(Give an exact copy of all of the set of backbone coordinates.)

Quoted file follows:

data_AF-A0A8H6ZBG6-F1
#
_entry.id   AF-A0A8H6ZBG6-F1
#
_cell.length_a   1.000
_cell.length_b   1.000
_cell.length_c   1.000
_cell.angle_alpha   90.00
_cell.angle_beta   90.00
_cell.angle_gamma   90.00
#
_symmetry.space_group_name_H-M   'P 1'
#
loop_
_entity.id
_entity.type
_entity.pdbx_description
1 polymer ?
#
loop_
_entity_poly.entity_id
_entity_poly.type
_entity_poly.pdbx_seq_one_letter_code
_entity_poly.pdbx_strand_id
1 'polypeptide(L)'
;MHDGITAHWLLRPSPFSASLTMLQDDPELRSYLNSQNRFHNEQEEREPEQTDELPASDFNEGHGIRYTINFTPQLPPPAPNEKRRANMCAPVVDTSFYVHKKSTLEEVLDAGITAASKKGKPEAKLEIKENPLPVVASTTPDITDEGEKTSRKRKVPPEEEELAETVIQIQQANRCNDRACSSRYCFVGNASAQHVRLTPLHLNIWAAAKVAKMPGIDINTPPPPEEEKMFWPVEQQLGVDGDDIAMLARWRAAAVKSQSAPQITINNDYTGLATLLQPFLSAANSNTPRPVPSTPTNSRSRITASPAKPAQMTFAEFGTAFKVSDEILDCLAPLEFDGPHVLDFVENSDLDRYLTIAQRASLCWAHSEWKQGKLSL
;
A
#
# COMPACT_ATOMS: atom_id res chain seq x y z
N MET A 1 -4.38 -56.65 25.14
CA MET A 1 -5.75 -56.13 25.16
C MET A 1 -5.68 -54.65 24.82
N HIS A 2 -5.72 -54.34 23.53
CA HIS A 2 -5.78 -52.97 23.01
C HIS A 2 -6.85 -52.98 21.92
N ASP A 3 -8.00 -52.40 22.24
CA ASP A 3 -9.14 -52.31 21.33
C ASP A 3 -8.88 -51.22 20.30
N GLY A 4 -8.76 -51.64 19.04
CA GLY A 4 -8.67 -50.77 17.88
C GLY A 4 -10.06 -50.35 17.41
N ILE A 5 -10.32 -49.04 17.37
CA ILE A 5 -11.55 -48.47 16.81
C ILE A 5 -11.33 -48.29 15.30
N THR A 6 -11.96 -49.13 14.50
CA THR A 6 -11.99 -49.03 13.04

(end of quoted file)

data_AF-A0A8H6ZBG6-F1
#
_entry.id   AF-A0A8H6ZBG6-F1
#
_cell.length_a   1.000
_cell.length_b   1.000
_cell.length_c   1.000
_cell.angle_alpha   90.00
_cell.angle_beta   90.00
_cell.angle_gamma   90.00
#
_symmetry.space_group_name_H-M   'P 1'
#
loop_
_entity.id
_entity.type
_entity.pdbx_description
1 polymer ?
#
loop_
_entity_poly.entity_id
_entity_poly.type
_entity_poly.pdbx_seq_one_letter_code
_entity_poly.pdbx_strand_id
1 'polypeptide(L)'
;MHDGITAHWLLRPSPFSASLTMLQDDPELRSYLNSQNRFHNEQEEREPEQTDELPASDFNEGHGIRYTINFTPQLPPPAPNEKRRANMCAPVVDTSFYVHKKSTLEEVLDAGITAASKKGKPEAKLEIKENPLPVVASTTPDITDEGEKTSRKRKVPPEEEELAETVIQIQQANRCNDRACSSRYCFVGNASAQHVRLTPLHLNIWAAAKVAKMPGIDINTPPPPEEEKMFWPVEQQLGVDGDDIAMLARWRAAAVKSQSAPQITINNDYTGLATLLQPFLSAANSNTPRPVPSTPTNSRSRITASPAKPAQMTFAEFGTAFKVSDEILDCLAPLEFDGPHVLDFVENSDLDRYLTIAQRASLCWAHSEWKQGKLSL
;
A
#
# COMPACT_ATOMS: atom_id res chain seq x y z
N MET A 1 -4.38 -56.65 25.14
CA MET A 1 -5.75 -56.13 25.16
C MET A 1 -5.68 -54.65 24.82
N HIS A 2 -5.72 -54.34 23.53
CA HIS A 2 -5.78 -52.97 23.01
C HIS A 2 -6.85 -52.98 21.92
N ASP A 3 -8.00 -52.40 22.24
CA ASP A 3 -9.14 -52.31 21.33
C ASP A 3 -8.88 -51.22 20.30
N GLY A 4 -8.76 -51.64 19.04
CA GLY A 4 -8.67 -50.77 17.88
C GLY A 4 -10.06 -50.35 17.41
N ILE A 5 -10.32 -49.04 17.37
CA ILE A 5 -11.55 -48.47 16.81
C ILE A 5 -11.33 -48.29 15.30
N THR A 6 -11.96 -49.13 14.50
CA THR A 6 -11.99 -49.03 13.04